Specialty pic's platform release pays dividends
Overture Film, Groundswell Prods. and Participant Media’s “The Visitor” has taken up residence at the domestic box office — a notable accomplishment on several fronts.
For one, it’s the first specialty pic since the Oscars aired to make the top-10 box office chart.
The film’s domestic cume of $5.4 million through June 4 is impressive for the fact that the film has been a pure platform release, a seemingly endangered breed.
More interestingly perhaps, “The Visitor” takes on U.S. policy in the post-9/11 world, specifically, America’s immigration and detention policies.
So why did it work where so many other issues-driven films grappling with the war on terrorism or the war in Iraq failed?
One reason may be that Overture and Participant positioned “The Visitor” not as a post-9/11 story but as a character-driven film.
The film, co-financed by Participant Prods. and Michael London‘s Groundswell, was written and directed by Tom McCarthy and revolves around a college professor who forms an unlikely friendship with a young Syrian musician and African woman. The musician is plucked off the streets of New York, detained and ultimately deported. Richard Jenkins, Haaz Sleiman, Danai Gurira, Hiam Abbass and Marian Seldes star.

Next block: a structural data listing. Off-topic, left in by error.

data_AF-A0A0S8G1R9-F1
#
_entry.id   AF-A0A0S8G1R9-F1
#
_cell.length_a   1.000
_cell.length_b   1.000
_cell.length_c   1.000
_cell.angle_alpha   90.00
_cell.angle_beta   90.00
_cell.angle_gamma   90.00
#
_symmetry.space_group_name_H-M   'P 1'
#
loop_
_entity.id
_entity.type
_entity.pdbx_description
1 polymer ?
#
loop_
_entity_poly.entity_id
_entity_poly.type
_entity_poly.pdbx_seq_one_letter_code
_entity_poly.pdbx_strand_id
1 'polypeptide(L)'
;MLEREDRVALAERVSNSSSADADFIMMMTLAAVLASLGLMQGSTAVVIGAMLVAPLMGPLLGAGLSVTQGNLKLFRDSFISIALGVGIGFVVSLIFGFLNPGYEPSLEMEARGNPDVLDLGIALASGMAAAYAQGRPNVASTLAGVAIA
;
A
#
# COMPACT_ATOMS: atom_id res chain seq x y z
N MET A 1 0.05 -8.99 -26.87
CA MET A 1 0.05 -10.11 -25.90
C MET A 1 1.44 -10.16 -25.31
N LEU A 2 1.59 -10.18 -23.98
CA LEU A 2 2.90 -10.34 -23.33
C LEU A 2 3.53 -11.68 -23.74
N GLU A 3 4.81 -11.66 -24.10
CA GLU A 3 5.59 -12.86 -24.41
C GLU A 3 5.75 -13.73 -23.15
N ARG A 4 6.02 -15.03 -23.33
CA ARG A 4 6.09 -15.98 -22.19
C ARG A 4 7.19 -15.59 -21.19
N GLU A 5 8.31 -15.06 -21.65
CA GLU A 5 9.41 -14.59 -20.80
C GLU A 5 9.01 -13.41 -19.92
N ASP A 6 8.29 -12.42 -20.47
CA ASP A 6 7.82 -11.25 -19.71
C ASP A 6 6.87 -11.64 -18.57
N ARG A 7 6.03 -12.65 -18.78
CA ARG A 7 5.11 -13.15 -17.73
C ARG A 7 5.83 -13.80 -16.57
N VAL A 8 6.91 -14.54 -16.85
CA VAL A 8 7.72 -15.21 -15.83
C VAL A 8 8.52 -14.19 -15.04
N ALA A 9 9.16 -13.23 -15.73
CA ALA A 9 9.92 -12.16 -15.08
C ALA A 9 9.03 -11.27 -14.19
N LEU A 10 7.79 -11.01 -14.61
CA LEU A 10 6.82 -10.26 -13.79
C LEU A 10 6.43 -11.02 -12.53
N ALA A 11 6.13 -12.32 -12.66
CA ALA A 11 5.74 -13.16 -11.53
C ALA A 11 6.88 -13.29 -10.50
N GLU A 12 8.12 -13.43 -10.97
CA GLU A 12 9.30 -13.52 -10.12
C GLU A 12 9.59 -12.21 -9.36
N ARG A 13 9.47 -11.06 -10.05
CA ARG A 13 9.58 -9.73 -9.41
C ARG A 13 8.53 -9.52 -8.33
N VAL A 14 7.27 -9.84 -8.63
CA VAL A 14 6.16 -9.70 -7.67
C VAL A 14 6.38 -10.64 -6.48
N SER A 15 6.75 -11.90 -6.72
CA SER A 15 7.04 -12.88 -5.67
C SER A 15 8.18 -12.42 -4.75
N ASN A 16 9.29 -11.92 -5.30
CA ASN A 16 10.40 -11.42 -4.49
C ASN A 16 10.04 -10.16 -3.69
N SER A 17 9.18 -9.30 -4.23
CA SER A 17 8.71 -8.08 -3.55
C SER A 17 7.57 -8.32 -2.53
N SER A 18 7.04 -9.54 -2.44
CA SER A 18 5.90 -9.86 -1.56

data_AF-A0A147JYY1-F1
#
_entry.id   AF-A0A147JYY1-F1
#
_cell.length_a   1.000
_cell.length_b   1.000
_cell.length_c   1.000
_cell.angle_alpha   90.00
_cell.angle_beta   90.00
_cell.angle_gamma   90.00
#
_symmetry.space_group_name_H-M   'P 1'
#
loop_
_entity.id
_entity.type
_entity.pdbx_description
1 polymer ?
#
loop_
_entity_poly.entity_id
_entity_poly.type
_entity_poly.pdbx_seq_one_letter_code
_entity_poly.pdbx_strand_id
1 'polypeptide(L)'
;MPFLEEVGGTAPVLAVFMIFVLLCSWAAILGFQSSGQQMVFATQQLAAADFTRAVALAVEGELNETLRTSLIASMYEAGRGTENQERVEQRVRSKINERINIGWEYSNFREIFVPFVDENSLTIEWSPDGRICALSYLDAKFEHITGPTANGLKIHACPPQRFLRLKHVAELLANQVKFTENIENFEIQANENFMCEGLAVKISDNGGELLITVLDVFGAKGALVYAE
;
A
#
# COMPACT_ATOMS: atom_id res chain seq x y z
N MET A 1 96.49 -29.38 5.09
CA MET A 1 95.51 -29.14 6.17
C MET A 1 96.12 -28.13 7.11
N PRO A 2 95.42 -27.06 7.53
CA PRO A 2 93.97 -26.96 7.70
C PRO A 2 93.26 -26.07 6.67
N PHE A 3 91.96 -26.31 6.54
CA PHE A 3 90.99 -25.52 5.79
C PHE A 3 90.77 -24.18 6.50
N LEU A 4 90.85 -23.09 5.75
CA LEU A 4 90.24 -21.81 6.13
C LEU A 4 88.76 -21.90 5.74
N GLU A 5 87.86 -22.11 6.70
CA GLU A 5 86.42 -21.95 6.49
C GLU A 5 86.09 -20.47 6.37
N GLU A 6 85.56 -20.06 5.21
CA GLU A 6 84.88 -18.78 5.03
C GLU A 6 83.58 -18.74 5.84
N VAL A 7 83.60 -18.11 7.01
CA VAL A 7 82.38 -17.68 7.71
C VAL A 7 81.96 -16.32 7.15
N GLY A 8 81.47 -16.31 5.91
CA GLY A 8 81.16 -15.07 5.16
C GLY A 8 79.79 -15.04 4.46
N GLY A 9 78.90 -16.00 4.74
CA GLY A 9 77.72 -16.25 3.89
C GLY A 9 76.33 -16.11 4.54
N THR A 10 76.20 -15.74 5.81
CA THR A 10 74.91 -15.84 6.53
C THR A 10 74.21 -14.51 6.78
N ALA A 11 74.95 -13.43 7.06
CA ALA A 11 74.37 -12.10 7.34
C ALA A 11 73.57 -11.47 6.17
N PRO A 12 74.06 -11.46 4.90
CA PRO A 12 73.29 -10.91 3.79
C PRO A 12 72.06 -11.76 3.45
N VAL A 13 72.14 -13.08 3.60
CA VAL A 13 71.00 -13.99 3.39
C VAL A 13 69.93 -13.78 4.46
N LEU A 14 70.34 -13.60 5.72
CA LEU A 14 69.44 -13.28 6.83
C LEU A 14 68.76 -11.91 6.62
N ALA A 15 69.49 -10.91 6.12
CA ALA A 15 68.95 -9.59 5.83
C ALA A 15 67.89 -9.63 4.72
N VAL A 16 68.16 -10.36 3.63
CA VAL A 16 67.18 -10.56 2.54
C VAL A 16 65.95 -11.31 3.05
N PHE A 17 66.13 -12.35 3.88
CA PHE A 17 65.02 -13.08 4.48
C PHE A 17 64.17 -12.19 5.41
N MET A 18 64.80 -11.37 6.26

“Dramas can work, as long as you entertain and give audiences compelling characters,” says Overture prexy of worldwide marketing and distribution Peter Adee.
Participant finances and produces films aimed at raising social awareness. In the case of “The Visitor,” the company hopes to focus auds on the detention policies of the U.S. government. The company has even helped organize free training for immigration attorneys on the subject.
There’s been plenty of bad news for the specialty film biz of late. Both Warner Bros. and Paramount are shuttering their respective specialty film arms as stand-alone units. Warners also is closing down Bob Berney‘s Picturehouse.
“The Visitor” provides a glimmer of hope that pure platform releases can survive, and even thrive, on word-of-mouth.
“I can advertise and publicize a movie all I want,” Adee says, “but if it works, it’s also because people are talking about it.”